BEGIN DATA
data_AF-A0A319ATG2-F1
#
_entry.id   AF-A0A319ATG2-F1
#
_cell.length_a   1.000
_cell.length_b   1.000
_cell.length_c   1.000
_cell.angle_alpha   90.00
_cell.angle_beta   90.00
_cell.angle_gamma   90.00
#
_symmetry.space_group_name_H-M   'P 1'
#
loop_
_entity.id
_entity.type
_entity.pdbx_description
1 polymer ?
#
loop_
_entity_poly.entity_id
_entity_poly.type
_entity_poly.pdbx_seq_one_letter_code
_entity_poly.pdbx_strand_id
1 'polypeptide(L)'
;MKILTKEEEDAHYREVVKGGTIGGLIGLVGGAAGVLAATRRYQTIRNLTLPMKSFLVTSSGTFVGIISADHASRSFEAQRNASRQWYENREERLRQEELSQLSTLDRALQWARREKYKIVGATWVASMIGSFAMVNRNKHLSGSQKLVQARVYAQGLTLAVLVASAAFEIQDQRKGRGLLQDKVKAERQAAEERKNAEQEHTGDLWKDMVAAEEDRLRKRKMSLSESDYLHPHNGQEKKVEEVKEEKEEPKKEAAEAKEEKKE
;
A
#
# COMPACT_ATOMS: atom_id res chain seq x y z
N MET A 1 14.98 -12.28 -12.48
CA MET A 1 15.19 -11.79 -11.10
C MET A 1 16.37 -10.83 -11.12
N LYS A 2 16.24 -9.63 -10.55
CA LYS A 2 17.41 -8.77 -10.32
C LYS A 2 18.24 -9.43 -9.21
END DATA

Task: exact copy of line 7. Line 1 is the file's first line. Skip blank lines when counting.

_cell.length_c   1.000